CAIRO, March 5 (Reuters) - Egypt expects a planned economic zone near the Suez Canal to eventually make up about a third of Egypt’s economy, the country’s investment minister said on Thursday.
Egypt plans to build an international industrial and logistics hub near the canal to attract foreign investment, alongside a separate scheme in which the army is digging a second canal to facilitate two-way traffic of larger ships.
Investment Minister Ashraf Salman said the planned hub would be the centrepiece of a key economic conference planned for the end of next week, which Egypt hopes will draw investors back after four years of economic and political turmoil.
“The main project that we’ll show in the conference is the development of the Suez Canal, which will represent 30-35 percent of Egypt’s new economy,” Salman said during a news conference Thursday.
He did not say when the economic zone would reach that share of the economy.
The 145-year-old waterway is the fastest shipping route between Europe and Asia. It is one of Egypt’s main sources of hard currency, bringing in about $3 billion a year. Egypt’s GDP was $232.86 billion in 2014, according to Thomson Reuters data.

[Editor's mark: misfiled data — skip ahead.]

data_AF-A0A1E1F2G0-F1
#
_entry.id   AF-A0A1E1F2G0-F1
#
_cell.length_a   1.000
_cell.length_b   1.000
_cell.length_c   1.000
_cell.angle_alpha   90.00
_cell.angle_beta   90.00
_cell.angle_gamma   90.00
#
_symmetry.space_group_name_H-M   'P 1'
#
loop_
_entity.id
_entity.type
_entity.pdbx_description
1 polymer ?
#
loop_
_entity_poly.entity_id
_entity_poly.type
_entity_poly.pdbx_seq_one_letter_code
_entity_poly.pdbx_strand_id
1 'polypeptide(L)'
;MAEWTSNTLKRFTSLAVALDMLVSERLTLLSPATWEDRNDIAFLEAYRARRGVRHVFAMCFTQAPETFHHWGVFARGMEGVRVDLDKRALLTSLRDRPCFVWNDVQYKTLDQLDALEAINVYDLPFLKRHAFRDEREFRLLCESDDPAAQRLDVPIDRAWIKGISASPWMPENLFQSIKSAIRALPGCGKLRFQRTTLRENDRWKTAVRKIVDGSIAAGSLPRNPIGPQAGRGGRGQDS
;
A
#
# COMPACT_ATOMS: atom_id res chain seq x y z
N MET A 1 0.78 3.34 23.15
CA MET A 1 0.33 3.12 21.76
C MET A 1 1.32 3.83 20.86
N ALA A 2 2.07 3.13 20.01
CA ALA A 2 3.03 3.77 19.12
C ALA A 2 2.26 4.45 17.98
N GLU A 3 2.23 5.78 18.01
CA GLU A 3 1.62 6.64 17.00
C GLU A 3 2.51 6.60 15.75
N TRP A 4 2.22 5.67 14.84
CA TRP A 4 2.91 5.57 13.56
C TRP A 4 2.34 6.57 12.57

The $8 billion army-led expansion of the canal is expected to increase canal revenues to $13 billion by 2023 from the current level of about $5 billion, the canal’s chairman told Reuters last week.
In a bid to boost the planned economic zone’s attractiveness to investors, Egypt cut corporate taxes in the zone to a third of the national rate last month.
Salman also said Thursday that foreign direct investment is expected to reach $15 billion by the 2018-19 fiscal year. It is expected to reach $8 billion in the current fiscal year, which ends in June, and reach $10 billion the following year.
Egypt’s cabinet yesterday approved a long-awaited draft law on investment that aims to make deals less vulnerable to legal disputes or changes in government, while reducing bureaucracy. (Writing by Shadi Bushra; Editing by Yara Bayoumy, Larry King)
Our Standards: The Thomson Reuters Trust Principles.